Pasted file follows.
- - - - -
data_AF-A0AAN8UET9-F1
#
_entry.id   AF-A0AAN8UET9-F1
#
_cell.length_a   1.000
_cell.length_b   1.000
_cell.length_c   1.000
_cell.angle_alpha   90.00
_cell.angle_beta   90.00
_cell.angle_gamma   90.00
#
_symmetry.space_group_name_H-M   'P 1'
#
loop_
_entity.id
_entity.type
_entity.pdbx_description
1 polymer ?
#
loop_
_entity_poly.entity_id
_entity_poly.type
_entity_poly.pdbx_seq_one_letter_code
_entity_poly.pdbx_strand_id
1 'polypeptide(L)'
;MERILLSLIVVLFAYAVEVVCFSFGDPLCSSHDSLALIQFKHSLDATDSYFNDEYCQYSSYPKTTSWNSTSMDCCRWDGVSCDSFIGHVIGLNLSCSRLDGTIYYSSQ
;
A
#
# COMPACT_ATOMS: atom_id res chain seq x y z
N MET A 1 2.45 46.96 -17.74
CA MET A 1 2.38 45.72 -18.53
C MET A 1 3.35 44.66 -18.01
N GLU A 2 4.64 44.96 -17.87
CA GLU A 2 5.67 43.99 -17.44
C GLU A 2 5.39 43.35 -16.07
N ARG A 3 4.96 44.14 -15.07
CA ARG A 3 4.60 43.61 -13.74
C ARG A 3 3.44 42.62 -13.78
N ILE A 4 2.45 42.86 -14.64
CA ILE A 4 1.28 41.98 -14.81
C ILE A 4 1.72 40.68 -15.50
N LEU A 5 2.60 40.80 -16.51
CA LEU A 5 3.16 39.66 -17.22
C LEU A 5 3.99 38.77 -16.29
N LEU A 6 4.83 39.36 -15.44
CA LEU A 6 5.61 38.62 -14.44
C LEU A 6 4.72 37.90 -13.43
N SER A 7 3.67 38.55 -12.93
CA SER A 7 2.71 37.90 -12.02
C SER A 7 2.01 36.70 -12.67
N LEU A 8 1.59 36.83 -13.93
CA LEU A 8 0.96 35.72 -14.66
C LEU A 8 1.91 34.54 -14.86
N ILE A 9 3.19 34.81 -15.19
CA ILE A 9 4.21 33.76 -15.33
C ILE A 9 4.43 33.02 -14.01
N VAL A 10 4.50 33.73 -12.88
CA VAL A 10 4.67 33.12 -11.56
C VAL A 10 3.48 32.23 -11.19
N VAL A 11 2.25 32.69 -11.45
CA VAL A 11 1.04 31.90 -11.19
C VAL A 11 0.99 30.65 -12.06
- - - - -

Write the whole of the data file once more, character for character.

data_AF-A0AAN8UET9-F1
#
_entry.id   AF-A0AAN8UET9-F1
#
_cell.length_a   1.000
_cell.length_b   1.000
_cell.length_c   1.000
_cell.angle_alpha   90.00
_cell.angle_beta   90.00
_cell.angle_gamma   90.00
#
_symmetry.space_group_name_H-M   'P 1'
#
loop_
_entity.id
_entity.type
_entity.pdbx_description
1 polymer ?
#
loop_
_entity_poly.entity_id
_entity_poly.type
_entity_poly.pdbx_seq_one_letter_code
_entity_poly.pdbx_strand_id
1 'polypeptide(L)'
;MERILLSLIVVLFAYAVEVVCFSFGDPLCSSHDSLALIQFKHSLDATDSYFNDEYCQYSSYPKTTSWNSTSMDCCRWDGVSCDSFIGHVIGLNLSCSRLDGTIYYSSQ
;
A
#
# COMPACT_ATOMS: atom_id res chain seq x y z
N MET A 1 2.45 46.96 -17.74
CA MET A 1 2.38 45.72 -18.53
C MET A 1 3.35 44.66 -18.01
N GLU A 2 4.64 44.96 -17.87
CA GLU A 2 5.67 43.99 -17.44
C GLU A 2 5.39 43.35 -16.07
N ARG A 3 4.96 44.14 -15.07
CA ARG A 3 4.60 43.61 -13.74
C ARG A 3 3.44 42.62 -13.78
N ILE A 4 2.45 42.86 -14.64
CA ILE A 4 1.28 41.98 -14.81
C ILE A 4 1.72 40.68 -15.50
N LEU A 5 2.60 40.80 -16.51
CA LEU A 5 3.16 39.66 -17.22
C LEU A 5 3.99 38.77 -16.29
N LEU A 6 4.83 39.36 -15.44
CA LEU A 6 5.61 38.62 -14.44
C LEU A 6 4.72 37.90 -13.43
N SER A 7 3.67 38.55 -12.93
CA SER A 7 2.71 37.90 -12.02
C SER A 7 2.01 36.70 -12.67
N LEU A 8 1.59 36.83 -13.93
CA LEU A 8 0.96 35.72 -14.66
C LEU A 8 1.91 34.54 -14.86
N ILE A 9 3.19 34.81 -15.19
CA ILE A 9 4.21 33.76 -15.33
C ILE A 9 4.43 33.02 -14.01
N VAL A 10 4.50 33.73 -12.88
CA VAL A 10 4.67 33.12 -11.56
C VAL A 10 3.48 32.23 -11.19
N VAL A 11 2.25 32.69 -11.45
CA VAL A 11 1.04 31.90 -11.19
C VAL A 11 0.99 30.65 -12.06